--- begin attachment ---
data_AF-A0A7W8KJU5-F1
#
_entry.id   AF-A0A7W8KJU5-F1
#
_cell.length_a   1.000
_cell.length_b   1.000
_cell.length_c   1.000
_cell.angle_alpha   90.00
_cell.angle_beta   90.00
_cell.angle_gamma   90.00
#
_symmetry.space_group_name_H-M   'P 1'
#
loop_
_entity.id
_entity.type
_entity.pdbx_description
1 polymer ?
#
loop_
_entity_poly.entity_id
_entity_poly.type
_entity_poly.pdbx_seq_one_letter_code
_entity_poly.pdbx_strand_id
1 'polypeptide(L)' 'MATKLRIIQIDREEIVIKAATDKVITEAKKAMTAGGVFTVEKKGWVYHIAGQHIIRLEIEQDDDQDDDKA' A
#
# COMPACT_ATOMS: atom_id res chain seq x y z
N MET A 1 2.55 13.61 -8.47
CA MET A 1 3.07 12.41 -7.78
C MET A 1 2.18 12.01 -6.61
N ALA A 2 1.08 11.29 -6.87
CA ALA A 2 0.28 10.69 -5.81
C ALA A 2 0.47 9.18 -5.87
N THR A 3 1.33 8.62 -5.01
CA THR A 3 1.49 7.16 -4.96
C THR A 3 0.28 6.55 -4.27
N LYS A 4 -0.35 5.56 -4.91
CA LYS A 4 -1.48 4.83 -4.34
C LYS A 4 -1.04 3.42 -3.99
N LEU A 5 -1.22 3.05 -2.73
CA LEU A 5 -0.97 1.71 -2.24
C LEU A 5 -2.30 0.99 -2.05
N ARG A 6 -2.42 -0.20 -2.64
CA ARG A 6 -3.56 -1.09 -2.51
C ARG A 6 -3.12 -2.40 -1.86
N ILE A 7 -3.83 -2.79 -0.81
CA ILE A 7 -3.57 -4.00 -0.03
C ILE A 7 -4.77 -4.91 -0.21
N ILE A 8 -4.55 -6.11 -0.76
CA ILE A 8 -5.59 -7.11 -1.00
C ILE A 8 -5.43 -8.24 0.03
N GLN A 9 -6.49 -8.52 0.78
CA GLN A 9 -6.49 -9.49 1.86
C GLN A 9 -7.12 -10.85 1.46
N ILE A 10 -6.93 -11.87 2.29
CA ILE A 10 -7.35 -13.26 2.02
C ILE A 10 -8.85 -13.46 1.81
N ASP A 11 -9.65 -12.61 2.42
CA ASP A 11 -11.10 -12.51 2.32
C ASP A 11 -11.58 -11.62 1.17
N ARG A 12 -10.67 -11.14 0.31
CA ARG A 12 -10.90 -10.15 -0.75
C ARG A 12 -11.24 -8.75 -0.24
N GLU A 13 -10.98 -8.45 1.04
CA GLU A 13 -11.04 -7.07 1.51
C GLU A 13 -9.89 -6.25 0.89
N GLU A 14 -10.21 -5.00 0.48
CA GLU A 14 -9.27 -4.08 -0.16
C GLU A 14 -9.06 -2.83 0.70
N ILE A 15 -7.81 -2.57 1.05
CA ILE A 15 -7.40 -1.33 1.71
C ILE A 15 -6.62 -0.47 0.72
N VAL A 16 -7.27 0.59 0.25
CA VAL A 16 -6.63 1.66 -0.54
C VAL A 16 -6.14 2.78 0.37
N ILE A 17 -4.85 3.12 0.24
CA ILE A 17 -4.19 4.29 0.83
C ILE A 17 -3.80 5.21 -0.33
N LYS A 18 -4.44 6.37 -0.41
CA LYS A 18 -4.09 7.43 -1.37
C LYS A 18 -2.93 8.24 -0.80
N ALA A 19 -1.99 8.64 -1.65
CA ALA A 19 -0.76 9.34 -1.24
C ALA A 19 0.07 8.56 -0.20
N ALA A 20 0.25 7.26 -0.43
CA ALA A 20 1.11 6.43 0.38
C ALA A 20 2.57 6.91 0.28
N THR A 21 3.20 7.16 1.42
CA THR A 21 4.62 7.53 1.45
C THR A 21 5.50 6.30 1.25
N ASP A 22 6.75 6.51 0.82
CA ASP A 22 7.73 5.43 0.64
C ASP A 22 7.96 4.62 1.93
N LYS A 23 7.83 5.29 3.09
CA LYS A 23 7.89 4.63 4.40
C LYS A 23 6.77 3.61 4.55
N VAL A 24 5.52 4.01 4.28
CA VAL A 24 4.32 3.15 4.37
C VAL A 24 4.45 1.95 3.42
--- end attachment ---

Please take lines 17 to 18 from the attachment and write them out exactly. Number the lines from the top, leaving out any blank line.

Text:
_entity.pdbx_description
1 polymer ?